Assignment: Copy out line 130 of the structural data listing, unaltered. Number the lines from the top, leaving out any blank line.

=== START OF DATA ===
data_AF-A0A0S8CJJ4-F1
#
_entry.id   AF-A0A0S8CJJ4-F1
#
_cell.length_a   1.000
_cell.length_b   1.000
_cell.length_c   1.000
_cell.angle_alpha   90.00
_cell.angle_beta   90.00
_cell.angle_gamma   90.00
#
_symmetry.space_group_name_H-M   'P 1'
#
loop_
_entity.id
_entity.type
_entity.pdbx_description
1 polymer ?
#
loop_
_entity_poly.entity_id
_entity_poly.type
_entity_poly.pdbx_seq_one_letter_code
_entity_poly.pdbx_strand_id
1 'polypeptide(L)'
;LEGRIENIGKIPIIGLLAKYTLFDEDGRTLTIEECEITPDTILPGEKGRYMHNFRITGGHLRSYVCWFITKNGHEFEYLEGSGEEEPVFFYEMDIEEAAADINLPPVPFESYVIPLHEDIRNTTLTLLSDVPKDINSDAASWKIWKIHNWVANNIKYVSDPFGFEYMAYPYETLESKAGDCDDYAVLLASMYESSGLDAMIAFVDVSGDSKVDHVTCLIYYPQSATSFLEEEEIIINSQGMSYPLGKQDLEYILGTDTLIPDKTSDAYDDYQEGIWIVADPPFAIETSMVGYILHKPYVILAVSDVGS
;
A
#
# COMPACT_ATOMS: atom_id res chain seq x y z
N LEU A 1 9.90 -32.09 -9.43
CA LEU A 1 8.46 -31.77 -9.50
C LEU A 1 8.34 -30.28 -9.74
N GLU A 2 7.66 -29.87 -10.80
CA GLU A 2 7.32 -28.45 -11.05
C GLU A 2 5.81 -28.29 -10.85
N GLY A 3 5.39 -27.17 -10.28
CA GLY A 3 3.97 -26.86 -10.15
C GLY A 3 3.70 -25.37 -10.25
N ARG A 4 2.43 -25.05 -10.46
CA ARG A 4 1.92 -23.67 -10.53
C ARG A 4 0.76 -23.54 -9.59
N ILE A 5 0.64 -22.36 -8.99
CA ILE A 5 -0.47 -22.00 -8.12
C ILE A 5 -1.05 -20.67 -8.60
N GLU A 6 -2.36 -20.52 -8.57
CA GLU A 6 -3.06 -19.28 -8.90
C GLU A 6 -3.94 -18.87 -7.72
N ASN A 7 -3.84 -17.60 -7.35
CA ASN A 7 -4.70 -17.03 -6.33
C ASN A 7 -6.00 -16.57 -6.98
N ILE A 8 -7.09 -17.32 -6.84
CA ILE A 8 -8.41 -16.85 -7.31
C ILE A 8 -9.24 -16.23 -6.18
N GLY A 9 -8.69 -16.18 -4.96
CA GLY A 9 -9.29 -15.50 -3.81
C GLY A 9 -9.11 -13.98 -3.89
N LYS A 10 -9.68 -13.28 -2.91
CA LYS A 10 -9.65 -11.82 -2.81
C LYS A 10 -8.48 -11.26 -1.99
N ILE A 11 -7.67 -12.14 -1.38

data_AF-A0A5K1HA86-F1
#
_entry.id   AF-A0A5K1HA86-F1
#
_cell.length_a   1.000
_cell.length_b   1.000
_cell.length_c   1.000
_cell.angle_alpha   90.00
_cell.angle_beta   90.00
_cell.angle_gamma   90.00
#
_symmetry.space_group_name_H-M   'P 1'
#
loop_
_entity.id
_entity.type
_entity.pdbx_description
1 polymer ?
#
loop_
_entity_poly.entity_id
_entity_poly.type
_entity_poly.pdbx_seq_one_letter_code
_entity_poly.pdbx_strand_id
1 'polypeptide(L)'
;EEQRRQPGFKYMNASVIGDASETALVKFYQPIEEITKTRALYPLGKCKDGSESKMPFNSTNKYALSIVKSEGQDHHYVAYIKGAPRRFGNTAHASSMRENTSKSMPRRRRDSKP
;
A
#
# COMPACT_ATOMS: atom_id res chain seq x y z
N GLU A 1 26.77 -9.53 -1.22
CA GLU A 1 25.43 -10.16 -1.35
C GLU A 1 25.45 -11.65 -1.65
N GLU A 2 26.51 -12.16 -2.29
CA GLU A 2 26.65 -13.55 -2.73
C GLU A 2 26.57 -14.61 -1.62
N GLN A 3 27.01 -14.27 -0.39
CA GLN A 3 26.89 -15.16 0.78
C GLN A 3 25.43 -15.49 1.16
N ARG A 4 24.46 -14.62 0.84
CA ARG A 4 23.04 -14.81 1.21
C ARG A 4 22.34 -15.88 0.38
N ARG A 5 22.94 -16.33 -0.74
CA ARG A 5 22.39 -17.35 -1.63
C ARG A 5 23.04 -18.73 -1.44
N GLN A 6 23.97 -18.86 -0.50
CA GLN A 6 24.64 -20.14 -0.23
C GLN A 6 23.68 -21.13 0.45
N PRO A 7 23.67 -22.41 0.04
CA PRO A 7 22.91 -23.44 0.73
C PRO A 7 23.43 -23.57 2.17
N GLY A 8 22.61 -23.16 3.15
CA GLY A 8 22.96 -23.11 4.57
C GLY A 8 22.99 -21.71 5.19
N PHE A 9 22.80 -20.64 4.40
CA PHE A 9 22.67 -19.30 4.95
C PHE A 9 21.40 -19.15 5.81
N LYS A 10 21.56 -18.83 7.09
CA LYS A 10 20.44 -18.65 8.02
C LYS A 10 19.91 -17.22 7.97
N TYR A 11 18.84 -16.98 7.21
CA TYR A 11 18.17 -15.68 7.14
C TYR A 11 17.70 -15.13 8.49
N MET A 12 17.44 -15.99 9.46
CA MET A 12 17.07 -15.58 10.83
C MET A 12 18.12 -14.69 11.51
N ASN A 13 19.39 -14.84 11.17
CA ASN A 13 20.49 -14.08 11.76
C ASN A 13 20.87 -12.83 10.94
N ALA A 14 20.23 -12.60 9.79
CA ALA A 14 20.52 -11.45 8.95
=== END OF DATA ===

C ASN A 13 20.87 -12.83 10.94